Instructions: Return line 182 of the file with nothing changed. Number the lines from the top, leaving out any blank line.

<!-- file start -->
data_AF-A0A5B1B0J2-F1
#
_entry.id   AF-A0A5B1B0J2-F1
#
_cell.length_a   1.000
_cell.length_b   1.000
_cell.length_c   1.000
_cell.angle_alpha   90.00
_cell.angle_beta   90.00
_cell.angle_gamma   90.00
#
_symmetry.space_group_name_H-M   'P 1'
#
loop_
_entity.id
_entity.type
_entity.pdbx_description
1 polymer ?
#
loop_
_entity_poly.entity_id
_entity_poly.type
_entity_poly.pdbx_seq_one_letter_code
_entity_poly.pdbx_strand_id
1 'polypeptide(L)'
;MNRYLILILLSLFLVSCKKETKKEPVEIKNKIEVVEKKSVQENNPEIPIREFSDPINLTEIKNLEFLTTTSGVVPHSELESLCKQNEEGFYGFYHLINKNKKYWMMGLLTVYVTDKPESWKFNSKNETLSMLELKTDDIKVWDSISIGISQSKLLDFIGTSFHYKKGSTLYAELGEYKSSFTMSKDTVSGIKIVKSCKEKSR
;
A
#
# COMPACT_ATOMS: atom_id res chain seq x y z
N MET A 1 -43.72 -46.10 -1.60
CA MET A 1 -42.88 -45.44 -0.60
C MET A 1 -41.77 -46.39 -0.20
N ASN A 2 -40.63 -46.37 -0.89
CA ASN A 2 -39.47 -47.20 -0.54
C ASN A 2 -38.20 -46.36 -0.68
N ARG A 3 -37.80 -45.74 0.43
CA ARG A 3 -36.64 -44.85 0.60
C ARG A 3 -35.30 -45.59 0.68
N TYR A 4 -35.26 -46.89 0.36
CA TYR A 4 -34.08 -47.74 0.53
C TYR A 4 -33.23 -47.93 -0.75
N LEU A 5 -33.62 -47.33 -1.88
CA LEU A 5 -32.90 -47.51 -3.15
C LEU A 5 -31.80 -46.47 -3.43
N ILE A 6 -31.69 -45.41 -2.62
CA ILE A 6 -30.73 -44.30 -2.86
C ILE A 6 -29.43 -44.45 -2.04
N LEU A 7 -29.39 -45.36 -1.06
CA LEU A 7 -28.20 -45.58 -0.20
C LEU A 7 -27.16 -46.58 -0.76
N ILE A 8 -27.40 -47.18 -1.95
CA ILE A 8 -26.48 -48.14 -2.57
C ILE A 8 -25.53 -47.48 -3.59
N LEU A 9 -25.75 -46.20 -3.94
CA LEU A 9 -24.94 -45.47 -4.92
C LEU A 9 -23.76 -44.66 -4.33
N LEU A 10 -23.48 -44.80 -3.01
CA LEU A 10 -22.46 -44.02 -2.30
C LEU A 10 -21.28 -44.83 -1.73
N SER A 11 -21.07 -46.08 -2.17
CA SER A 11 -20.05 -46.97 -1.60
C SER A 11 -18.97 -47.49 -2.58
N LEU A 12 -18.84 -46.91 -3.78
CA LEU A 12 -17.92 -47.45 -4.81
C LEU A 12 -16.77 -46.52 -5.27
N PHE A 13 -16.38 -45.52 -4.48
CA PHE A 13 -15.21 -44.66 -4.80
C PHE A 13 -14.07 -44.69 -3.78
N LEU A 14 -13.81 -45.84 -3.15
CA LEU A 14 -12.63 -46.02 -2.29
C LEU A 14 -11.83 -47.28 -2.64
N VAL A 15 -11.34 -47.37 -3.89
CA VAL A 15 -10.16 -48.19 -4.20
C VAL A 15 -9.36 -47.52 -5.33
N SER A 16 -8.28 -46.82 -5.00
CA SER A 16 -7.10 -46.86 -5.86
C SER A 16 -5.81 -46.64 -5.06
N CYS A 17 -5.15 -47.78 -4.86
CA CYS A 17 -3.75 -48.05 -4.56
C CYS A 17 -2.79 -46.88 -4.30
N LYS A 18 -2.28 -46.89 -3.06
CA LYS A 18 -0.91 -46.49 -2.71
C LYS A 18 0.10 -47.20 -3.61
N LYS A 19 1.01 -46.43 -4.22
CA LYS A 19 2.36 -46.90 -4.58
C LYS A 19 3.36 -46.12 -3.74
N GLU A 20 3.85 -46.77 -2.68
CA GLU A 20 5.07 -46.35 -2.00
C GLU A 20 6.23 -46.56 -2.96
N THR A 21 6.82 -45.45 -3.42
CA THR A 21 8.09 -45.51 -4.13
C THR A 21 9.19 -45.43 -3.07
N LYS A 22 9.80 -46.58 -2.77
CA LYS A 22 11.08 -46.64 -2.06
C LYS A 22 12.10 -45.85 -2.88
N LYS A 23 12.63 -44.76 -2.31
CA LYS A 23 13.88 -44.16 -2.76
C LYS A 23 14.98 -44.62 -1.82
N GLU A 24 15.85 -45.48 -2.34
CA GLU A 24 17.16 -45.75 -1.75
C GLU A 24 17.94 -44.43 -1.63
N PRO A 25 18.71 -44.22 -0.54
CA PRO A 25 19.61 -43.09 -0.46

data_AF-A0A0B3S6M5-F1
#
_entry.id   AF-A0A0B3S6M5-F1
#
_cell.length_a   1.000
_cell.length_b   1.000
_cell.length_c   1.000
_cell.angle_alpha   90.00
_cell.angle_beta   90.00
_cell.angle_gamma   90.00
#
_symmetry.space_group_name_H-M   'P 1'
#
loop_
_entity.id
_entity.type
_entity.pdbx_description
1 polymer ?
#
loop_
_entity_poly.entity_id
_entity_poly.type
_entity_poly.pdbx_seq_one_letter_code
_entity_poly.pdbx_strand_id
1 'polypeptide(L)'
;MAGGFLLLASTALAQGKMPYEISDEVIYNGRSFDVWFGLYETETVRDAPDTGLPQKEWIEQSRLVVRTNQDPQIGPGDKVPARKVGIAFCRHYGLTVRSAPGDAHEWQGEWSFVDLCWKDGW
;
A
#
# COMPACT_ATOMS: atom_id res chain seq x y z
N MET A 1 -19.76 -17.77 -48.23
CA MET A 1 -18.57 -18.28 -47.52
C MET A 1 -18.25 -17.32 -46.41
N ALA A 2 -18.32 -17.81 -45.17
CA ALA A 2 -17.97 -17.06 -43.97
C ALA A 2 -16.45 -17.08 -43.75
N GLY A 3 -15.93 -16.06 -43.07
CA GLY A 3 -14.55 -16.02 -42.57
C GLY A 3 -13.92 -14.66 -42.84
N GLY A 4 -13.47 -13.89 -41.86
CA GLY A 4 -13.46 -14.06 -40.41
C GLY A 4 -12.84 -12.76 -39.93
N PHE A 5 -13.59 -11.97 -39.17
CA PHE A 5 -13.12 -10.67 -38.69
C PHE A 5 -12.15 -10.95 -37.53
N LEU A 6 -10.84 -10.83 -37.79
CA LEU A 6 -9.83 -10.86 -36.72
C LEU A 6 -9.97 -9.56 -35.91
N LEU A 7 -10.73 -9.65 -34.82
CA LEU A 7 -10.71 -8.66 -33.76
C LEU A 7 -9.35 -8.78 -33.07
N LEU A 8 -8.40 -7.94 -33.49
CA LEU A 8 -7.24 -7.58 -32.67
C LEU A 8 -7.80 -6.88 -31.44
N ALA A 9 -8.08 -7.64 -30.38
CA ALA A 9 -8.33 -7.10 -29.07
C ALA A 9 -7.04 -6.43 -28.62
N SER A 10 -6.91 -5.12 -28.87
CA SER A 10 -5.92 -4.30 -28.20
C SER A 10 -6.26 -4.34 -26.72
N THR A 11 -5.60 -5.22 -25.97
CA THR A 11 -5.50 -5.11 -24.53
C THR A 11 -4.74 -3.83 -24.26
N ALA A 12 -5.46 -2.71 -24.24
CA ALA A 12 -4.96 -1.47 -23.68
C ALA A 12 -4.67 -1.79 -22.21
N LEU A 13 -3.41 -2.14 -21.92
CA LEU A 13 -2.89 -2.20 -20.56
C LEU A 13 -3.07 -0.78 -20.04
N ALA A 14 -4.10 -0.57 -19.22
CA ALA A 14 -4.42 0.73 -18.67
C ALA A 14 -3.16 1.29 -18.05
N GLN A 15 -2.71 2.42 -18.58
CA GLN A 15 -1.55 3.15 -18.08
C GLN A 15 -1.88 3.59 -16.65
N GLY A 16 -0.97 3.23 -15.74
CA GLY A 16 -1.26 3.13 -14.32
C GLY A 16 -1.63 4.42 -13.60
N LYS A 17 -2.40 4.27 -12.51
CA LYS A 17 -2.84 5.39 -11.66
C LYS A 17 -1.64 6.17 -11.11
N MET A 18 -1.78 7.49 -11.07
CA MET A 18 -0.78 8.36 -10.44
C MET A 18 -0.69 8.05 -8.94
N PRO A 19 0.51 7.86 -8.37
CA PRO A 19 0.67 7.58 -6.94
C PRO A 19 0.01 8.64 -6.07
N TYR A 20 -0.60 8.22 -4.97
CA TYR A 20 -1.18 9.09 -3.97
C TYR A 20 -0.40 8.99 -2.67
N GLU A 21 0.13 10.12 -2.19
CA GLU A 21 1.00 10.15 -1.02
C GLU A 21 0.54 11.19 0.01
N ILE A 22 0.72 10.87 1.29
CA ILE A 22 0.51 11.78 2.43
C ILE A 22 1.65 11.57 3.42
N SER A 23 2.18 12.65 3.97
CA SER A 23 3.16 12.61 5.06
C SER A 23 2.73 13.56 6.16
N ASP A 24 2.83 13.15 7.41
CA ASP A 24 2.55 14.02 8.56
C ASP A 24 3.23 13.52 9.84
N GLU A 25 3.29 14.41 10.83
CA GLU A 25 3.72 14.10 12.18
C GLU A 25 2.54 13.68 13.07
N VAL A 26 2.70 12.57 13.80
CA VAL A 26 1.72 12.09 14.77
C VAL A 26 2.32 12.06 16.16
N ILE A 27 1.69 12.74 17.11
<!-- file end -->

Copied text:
C GLY A 16 -1.63 4.42 -13.60